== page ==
In the spring of 2012, my dad and I built Bentley a luxury rabbit condo using great instructions that we found online. It was a huge success; the project was completed on a single sunny day and Bentley moved in the following morning. He enjoyed his new condo for a few happy months.
It came as a complete shock to us when Bentley died in July of 2012 because only a week prior he had made a full recovery from a GI episode and appeared to be healthy. I was away when Bentley had had to go to the vet and when I returned I was happy to see that he was all better. We had one night of movie snuggles on the couch, our usual routine, but a short 24 hours after I came home things took a turn and he was gone.
Now, I am an adult, but I cried like a child. I called in sick to work for two full days and didn’t talk to anyone for almost a week.
In my blind state of grief, I shopped online for a customized silver pendant that said “Bentley” in fancy script. I didn’t care that the site looked sketchy, I wanted that necklace and I ordered it. First, I received a bunch of emails telling me that my Gmail account had been hacked. Next, I received an urgent letter from VISA and a new credit card. Still, I didn’t care; waiting for the necklace gave me something to focus on. Finally, three weeks later, I received my Bentley necklace in the mail.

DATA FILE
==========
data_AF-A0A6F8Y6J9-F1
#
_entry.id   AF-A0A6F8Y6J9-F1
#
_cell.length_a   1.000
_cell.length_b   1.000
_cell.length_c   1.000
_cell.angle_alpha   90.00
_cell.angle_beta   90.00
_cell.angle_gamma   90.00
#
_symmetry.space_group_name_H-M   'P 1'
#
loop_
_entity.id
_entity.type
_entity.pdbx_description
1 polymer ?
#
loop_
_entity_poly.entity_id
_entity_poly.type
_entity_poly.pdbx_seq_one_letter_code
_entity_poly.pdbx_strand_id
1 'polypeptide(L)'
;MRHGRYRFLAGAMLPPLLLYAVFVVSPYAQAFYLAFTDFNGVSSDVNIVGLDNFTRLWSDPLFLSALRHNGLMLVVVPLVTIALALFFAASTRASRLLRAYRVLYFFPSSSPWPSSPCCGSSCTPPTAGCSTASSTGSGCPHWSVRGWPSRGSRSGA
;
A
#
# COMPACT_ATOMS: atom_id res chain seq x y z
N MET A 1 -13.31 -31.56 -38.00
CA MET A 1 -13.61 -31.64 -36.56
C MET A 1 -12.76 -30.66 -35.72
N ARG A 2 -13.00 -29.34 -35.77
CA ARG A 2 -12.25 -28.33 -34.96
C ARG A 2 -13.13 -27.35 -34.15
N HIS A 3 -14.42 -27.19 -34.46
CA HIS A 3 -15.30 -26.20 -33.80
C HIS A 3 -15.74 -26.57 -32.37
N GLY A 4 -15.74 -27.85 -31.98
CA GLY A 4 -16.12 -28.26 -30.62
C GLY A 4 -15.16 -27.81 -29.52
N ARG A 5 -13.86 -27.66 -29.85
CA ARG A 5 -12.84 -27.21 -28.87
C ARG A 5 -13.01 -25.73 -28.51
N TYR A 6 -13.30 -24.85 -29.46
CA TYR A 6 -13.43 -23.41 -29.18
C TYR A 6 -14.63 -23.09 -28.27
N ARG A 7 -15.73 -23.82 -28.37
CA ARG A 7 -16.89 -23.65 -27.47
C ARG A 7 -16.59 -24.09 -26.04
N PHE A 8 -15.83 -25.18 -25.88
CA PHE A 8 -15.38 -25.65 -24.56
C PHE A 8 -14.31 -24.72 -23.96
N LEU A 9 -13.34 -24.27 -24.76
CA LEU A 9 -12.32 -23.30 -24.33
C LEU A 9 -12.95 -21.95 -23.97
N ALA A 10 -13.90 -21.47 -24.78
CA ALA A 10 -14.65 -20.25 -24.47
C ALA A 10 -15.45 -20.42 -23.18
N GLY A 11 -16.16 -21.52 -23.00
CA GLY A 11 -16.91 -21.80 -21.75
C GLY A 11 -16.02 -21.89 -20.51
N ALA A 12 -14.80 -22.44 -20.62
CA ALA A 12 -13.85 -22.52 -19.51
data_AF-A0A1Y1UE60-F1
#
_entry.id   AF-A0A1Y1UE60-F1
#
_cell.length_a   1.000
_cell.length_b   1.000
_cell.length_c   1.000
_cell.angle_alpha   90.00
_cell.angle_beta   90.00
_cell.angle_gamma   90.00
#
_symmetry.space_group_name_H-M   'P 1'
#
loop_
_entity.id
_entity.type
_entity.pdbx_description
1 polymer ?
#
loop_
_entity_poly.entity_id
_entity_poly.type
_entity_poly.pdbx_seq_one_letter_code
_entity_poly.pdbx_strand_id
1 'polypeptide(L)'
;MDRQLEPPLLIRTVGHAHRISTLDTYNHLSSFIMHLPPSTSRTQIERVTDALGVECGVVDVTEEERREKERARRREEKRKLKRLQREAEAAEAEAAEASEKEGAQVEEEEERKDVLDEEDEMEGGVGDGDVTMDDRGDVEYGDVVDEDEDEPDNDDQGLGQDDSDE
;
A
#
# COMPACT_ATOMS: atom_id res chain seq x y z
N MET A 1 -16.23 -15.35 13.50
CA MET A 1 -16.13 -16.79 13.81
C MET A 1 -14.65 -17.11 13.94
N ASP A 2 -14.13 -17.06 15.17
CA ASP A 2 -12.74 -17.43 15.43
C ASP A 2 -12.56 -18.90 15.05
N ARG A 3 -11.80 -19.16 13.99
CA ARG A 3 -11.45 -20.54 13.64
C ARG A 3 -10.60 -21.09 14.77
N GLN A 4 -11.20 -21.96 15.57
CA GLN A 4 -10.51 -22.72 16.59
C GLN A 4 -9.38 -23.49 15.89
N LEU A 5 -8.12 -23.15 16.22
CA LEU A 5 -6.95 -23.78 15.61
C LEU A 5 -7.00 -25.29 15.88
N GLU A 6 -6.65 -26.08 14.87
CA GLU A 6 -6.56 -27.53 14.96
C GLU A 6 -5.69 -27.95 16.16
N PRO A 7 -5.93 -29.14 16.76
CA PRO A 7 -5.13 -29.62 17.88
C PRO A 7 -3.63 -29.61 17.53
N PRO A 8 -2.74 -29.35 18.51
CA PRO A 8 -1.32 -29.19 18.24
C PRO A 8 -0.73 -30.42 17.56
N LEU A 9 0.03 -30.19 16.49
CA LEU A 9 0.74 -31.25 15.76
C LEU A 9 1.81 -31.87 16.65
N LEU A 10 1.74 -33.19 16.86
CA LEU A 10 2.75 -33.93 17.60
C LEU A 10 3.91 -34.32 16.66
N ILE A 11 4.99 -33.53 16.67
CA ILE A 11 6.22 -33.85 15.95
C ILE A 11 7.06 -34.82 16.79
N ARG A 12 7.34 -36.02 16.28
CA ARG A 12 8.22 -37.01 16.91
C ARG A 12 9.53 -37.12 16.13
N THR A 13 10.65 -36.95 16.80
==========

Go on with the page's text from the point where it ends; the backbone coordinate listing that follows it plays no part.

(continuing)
Bentley taught me many things throughout our relationship. He was a quiet little one, as rabbits tend to be, but he definitely had a big personality. To really understand him, I had to be patient and wait for him to genuinely warm up to me. As cheesy as it sounds, I believe that he made me a more caring person.
I always chose to be an advocate for my bun wherever I went. I told people how wonderful he was, much to their surprise, and had them over to see how we lived. Often friends would say that he acted just like a cat, or just like dog, or a like mix of both. Really, he acted just like a rabbit.
As an abandoned bun, Bentley opened my eyes to the widespread problem of pet rabbit neglect, abandonment and overpopulation. Remember, he was a very bad bunny when I adopted him and I’m willing to bet that his behaviour plus his previous owner’s ignorance is what landed him in the carrier on the sidewalk in 2007. However, the more I learned, the better we got along. I learned that he needed veterinary care, free space, healthy food, toys, love and patience. Once I provided these things for him, we saw eye to eye. Bentley taught me that the key to a happy, healthy rabbit is an educated owner. And Love. Lots and lots of love.
– Janine, Buns Boutique